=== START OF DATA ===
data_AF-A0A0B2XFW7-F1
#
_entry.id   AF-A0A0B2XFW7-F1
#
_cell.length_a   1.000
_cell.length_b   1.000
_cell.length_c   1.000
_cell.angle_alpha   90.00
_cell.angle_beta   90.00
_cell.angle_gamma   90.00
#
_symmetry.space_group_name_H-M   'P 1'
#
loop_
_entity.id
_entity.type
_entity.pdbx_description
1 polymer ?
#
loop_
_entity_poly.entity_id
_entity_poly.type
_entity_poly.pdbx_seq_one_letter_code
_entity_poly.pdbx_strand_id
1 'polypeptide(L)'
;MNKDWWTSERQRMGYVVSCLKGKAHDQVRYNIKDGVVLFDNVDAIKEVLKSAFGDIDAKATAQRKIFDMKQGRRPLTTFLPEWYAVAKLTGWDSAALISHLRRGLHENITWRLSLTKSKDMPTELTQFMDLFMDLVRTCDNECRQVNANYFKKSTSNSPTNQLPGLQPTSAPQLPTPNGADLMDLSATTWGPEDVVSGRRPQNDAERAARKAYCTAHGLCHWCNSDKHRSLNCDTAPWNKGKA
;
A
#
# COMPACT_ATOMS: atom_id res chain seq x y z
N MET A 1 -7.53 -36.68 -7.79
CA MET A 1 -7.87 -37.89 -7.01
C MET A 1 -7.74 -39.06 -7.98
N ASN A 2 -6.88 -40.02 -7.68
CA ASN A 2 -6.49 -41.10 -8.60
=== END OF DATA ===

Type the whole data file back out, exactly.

data_AF-A0A0B2XFW7-F1
#
_entry.id   AF-A0A0B2XFW7-F1
#
_cell.length_a   1.000
_cell.length_b   1.000
_cell.length_c   1.000
_cell.angle_alpha   90.00
_cell.angle_beta   90.00
_cell.angle_gamma   90.00
#
_symmetry.space_group_name_H-M   'P 1'
#
loop_
_entity.id
_entity.type
_entity.pdbx_description
1 polymer ?
#
loop_
_entity_poly.entity_id
_entity_poly.type
_entity_poly.pdbx_seq_one_letter_code
_entity_poly.pdbx_strand_id
1 'polypeptide(L)'
;MNKDWWTSERQRMGYVVSCLKGKAHDQVRYNIKDGVVLFDNVDAIKEVLKSAFGDIDAKATAQRKIFDMKQGRRPLTTFLPEWYAVAKLTGWDSAALISHLRRGLHENITWRLSLTKSKDMPTELTQFMDLFMDLVRTCDNECRQVNANYFKKSTSNSPTNQLPGLQPTSAPQLPTPNGADLMDLSATTWGPEDVVSGRRPQNDAERAARKAYCTAHGLCHWCNSDKHRSLNCDTAPWNKGKA
;
A
#
# COMPACT_ATOMS: atom_id res chain seq x y z
N MET A 1 -7.53 -36.68 -7.79
CA MET A 1 -7.87 -37.89 -7.01
C MET A 1 -7.74 -39.06 -7.98
N ASN A 2 -6.88 -40.02 -7.68
CA ASN A 2 -6.49 -41.10 -8.60